What a beautiful warm and sunny day! The minimum temp since last weekend was -5° but it really felt like Spring today and the number of allotment holders on site reflected this!
We hoed the alliums quarter and then planted
16 Golden Gourmet shallots and
34 Santero onions - which are meant to be downy mildew resistant.
They're all spaced about 15cm apart - onions in 2 rows; shallots in 3 rows, with a bit of space under the cage for our leek seedlings (which we haven't sown yet)

In an attempt stop the pesky onion/leek moth we've covered both patches with enviromesh coverings - though the cloche looks like it may be a bit ineffective as the sides aren't flush to the ground.

Jamie dug over some of the potato quarter but it was hard work - so many roots, as it hasn't been dug that well over the last couple of years - slightly concerned that the tree is going to fall down with the amount of roots we're pulling :-)

Thursday, 23 February 2012

5 weeks of Chitting

It was lovely and warm today but sadly not able to get to the allotment.
We've got the onions/shallots ready for planting at the weekend and checked on our potatoes which have been chitting in a cold bedroom since 15th Jan - they all appear to be doing well...
Chits aren't too long and all the spuds still look healthy. Some have gone more wrinkly than others, but that shouldn't be a problem. They have about another 5 weeks before we intend to plant them.

Saturday, 18 February 2012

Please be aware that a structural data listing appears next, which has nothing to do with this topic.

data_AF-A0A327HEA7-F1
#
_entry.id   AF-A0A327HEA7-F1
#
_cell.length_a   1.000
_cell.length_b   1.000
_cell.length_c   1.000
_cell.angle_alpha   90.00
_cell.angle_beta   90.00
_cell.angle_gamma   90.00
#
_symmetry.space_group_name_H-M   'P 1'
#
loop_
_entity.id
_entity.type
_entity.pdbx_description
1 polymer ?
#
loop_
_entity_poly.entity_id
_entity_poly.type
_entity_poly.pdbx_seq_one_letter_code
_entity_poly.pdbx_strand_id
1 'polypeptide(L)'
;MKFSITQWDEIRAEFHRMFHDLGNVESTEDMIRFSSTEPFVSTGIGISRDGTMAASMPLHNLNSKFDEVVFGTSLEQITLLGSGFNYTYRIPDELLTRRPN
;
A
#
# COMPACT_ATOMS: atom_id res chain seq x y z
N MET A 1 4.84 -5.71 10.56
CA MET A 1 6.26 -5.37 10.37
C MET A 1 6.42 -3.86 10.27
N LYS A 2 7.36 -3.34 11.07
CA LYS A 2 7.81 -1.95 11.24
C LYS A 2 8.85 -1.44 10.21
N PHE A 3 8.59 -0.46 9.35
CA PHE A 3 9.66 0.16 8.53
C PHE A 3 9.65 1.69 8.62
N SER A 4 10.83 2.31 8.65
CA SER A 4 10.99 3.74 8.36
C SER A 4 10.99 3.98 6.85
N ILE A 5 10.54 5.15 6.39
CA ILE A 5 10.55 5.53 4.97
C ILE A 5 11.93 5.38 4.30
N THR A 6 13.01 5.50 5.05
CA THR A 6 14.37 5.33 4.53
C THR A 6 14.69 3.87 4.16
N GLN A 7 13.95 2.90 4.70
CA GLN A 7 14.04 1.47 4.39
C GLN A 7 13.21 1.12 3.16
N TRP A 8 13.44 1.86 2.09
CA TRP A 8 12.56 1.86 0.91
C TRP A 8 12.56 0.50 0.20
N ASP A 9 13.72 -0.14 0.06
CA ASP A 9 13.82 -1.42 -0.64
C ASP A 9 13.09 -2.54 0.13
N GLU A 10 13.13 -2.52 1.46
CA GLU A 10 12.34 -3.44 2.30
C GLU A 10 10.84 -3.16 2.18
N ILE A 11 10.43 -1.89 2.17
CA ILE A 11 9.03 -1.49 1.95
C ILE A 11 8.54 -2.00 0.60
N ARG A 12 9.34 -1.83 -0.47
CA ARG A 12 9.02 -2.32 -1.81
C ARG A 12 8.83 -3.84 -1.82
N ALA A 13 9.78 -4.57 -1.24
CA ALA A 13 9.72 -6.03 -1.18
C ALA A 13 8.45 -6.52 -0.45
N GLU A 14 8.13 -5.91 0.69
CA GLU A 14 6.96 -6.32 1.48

Plot 8A gets a tidy

We got to the allotment early as we knew rain was due today. It was quite chilly, mostly due to the really strong winds, but we had to get our compost bins sorted - they've been waiting to be put back in place since we made the path on Plot 8A a couple of weeks ago.

We combined the contents of the open wooden compost bin with the green plastic one and a big bag of cut up brown cardboard. Then divided it all between the two plastic bins - they're both nearly half-full now but a lost of that will compost down fairly quickly. Oh yes, the broad beans went in there too :-(

Because of the path we had to shift our bench and other 'furniture', so we re-layed the weed suppressant under the decking and put the stones all round the compost bins - this is to provide a bit of cover for insects - we found quite a few centipedes, beetles, spiders, larvae and slugs. The slugs and larvae went over the hedge towards the canal but the others can stay as they tend to eat other nasties rather than our produce!